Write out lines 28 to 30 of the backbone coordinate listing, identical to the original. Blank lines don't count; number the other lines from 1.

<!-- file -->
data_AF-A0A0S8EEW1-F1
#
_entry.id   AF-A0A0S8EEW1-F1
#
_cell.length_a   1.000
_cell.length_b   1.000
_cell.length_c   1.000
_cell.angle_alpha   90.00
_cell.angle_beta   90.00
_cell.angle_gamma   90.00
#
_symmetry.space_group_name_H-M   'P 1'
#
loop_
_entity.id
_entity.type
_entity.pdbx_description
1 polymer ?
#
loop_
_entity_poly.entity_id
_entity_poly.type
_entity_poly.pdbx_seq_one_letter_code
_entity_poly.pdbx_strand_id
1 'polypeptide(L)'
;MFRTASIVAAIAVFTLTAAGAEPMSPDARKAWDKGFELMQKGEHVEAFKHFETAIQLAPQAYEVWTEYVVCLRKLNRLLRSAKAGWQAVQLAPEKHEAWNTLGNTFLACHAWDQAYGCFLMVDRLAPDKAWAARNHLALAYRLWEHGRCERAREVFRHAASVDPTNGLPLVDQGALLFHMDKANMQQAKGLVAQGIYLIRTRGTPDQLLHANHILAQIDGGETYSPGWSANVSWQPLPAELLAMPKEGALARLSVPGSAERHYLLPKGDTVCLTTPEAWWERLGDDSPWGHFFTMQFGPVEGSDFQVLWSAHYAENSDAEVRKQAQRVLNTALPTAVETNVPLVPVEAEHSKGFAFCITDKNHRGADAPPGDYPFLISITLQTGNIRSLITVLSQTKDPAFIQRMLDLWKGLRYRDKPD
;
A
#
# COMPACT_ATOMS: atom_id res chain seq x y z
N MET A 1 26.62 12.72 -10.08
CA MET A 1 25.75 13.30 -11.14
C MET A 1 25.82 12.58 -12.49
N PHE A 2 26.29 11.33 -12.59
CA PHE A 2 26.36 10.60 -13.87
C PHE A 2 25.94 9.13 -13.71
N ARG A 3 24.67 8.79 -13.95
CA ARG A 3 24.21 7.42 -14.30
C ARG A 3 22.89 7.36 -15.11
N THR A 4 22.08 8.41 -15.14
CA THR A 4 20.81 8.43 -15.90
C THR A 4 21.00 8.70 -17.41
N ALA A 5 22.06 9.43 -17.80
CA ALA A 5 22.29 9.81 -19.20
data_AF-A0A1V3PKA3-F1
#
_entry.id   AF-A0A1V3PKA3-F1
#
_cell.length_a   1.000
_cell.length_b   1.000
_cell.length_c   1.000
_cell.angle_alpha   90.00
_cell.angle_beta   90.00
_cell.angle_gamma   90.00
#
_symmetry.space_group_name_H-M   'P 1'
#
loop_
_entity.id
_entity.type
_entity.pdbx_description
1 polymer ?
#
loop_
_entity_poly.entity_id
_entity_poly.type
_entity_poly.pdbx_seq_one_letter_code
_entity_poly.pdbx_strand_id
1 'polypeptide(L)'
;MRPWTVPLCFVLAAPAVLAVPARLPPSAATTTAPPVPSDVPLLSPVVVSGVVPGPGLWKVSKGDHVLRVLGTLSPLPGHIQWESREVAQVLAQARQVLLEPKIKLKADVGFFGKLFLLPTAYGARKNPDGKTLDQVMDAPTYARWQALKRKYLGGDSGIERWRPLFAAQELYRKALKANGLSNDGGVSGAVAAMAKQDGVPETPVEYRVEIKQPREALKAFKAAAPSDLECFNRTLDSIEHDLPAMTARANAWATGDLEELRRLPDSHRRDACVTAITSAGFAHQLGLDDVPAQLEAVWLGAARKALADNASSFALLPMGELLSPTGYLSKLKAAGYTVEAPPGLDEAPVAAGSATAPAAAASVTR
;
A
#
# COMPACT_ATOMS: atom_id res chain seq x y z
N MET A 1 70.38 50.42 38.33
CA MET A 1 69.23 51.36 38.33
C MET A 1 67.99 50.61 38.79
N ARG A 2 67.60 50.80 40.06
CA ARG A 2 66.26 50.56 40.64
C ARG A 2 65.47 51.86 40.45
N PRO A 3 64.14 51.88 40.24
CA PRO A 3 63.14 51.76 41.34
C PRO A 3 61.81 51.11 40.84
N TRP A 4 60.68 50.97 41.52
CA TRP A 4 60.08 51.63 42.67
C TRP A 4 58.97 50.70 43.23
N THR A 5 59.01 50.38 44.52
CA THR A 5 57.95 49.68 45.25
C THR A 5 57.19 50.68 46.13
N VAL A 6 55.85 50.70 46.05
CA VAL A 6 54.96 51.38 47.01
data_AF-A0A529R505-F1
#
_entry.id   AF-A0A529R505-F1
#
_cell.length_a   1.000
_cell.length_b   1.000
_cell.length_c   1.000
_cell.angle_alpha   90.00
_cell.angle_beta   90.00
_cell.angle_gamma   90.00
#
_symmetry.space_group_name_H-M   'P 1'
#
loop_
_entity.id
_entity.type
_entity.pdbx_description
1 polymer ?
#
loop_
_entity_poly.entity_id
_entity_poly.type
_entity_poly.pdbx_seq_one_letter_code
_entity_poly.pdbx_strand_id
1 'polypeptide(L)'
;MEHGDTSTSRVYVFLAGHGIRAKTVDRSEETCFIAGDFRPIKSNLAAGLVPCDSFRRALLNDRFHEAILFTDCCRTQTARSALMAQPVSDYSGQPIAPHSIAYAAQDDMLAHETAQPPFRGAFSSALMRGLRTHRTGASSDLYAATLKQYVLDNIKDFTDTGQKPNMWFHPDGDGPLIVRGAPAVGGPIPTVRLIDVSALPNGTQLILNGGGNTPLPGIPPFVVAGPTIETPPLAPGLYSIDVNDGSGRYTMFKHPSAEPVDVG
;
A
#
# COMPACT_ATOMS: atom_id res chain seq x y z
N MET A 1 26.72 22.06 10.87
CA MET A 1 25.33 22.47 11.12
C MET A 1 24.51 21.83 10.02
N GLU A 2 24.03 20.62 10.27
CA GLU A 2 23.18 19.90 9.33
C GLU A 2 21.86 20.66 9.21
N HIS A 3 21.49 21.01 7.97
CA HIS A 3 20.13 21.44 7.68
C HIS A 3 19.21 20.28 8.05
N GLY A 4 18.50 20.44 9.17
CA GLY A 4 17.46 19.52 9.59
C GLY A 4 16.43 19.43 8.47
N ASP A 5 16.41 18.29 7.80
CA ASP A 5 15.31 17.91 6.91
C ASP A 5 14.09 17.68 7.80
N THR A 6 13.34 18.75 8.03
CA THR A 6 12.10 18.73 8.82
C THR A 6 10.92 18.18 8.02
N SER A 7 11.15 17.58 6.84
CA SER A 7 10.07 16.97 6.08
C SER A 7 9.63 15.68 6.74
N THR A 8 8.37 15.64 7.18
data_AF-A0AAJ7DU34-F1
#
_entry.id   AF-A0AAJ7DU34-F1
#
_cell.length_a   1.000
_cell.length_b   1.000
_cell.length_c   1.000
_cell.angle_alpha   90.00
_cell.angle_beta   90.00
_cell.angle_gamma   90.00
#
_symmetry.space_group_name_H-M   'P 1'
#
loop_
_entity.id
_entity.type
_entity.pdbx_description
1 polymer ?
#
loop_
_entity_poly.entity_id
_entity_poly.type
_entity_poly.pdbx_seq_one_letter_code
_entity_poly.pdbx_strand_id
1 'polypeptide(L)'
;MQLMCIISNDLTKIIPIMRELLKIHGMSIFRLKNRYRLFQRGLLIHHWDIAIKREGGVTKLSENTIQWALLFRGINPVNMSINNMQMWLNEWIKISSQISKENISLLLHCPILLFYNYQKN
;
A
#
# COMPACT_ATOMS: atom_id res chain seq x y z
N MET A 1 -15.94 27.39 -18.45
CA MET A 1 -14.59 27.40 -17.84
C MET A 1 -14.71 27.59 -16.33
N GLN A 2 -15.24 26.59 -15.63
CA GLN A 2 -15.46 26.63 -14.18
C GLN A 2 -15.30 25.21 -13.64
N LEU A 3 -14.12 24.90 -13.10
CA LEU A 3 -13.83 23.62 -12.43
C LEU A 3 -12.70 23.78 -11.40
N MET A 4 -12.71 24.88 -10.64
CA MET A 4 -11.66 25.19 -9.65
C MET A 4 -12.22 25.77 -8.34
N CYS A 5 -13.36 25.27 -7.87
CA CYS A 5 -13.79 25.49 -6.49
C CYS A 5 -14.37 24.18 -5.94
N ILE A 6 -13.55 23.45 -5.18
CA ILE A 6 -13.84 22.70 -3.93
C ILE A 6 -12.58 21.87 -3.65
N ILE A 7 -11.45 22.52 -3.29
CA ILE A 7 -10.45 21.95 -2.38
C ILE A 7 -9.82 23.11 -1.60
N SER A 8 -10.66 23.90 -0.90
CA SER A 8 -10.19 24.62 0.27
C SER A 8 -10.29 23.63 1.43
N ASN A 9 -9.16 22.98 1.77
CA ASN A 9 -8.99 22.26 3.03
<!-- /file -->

A
#
# COMPACT_ATOMS: atom_id res chain seq x y z